▪ Using image gcr.io/k8s-minikube/storage-provisioner:v5
🔎  Verifying registry addon...
🔎  Verifying ingress addon...
🌟  Enabled addons: storage-provisioner, registry, default-storageclass, ingress
🏄  Done! kubectl is now configured to use "minikube" cluster and "werf-guide-app" namespace by default

Make sure that the command output contains the following line:

Restarting existing docker container for "minikube"

Its absence means that a new minikube cluster was created instead of using the old one. In this case, repeat all the steps required to install the environment from scratch using minikube.

Did you accidentally delete the application's Namespace?

If you have inadvertently deleted Namespace of the application, you must run the following commands to proceed with the guide:

kubectl create namespace werf-guide-app
kubectl create secret docker-registry registrysecret \
  --docker-server='https://index.docker.io/v1/' \
  --docker-username='<Docker Hub username>' \
  --docker-password='<Docker Hub password>'

You will see the following output if the command completes successfully:

namespace/werf-guide-app created
secret/registrysecret created
Nothing helps; the environment or instructions keep failing.

If nothing worked, repeat all the steps described in the “Preparing the environment” chapter and create a new environment from scratch. If creating an environment from scratch did not help either, please, tell us about your problem in our Telegram chat or create an issue on GitHub. We will be happy to help you!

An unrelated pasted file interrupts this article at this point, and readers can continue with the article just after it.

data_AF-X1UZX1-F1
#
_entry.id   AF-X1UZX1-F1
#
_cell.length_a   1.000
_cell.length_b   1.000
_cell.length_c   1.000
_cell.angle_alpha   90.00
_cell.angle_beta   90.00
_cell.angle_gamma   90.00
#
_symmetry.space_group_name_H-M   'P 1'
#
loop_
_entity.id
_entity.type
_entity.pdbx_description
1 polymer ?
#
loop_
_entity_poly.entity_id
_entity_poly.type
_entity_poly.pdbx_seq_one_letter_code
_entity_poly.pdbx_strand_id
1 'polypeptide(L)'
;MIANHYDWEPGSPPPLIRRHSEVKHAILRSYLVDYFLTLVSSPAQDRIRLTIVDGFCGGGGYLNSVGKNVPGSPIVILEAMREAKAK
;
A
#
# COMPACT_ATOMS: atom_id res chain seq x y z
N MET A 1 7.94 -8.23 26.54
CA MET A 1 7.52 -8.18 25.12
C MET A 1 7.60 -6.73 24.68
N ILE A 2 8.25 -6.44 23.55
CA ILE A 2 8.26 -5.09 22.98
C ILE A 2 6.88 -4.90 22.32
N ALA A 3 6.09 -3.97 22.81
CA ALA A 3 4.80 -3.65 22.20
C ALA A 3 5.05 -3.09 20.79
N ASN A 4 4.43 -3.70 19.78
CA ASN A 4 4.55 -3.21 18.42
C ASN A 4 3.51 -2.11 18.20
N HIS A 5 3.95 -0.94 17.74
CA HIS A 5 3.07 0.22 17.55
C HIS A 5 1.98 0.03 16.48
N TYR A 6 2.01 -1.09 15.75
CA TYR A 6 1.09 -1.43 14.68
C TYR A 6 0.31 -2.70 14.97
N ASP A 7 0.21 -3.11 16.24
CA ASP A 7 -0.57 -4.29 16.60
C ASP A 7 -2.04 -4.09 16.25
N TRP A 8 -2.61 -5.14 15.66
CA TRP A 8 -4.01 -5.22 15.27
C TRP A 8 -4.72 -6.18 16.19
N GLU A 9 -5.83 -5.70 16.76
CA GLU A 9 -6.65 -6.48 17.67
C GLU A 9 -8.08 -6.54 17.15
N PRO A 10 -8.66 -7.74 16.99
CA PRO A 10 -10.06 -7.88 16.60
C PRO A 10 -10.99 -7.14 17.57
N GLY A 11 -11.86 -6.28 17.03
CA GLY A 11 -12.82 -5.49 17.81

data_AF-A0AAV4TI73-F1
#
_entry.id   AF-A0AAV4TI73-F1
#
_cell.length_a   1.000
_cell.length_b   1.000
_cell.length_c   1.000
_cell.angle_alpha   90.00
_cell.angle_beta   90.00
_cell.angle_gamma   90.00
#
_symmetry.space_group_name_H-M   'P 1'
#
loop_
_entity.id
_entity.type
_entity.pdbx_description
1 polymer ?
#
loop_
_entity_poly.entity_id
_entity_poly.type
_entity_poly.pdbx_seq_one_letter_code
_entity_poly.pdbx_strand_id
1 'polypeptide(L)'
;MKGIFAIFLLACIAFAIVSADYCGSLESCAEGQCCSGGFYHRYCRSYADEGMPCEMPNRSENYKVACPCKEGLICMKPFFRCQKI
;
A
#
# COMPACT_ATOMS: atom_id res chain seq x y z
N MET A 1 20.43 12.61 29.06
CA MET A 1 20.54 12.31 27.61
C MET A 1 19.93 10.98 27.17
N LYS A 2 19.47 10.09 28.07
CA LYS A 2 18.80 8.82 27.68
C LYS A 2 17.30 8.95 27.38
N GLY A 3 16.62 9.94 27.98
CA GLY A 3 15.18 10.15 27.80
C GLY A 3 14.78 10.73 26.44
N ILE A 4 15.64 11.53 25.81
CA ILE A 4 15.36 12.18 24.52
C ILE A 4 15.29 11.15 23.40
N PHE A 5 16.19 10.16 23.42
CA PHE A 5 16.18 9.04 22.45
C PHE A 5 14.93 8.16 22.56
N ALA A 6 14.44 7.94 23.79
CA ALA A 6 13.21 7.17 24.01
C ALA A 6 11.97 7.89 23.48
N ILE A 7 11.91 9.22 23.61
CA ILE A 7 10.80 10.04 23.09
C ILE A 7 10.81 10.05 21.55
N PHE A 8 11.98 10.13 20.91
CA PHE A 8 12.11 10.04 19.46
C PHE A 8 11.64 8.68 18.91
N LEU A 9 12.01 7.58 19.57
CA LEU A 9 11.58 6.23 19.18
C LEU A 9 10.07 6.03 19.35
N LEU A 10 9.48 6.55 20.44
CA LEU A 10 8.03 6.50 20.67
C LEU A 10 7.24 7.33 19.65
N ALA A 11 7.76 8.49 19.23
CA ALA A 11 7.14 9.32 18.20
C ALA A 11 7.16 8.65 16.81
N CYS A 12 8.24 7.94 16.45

Preparing the repository

Update the existing repository containing the application:

Run the following commands in PowerShell:

cd ~/werf-guide/app

# To see what changes we will make later in this chapter, let's replace all the application files
# in the repository with new, modified files containing the changes described below.
git rm -r .
cp -Recurse -Force ~/werf-guide/guides/examples/java_springboot/030_assets/* .
git add .
git commit -m WIP
What changes we will make
# Enter the command below to show the files we are going to change.
git show --stat
# Enter the command below to show the changes that will be made.
git show

Run the following commands in Bash:

cd ~/werf-guide/app

# To see what changes we will make later in this chapter, let's replace all the application files
# in the repository with new, modified files containing the changes described below.
git rm -r .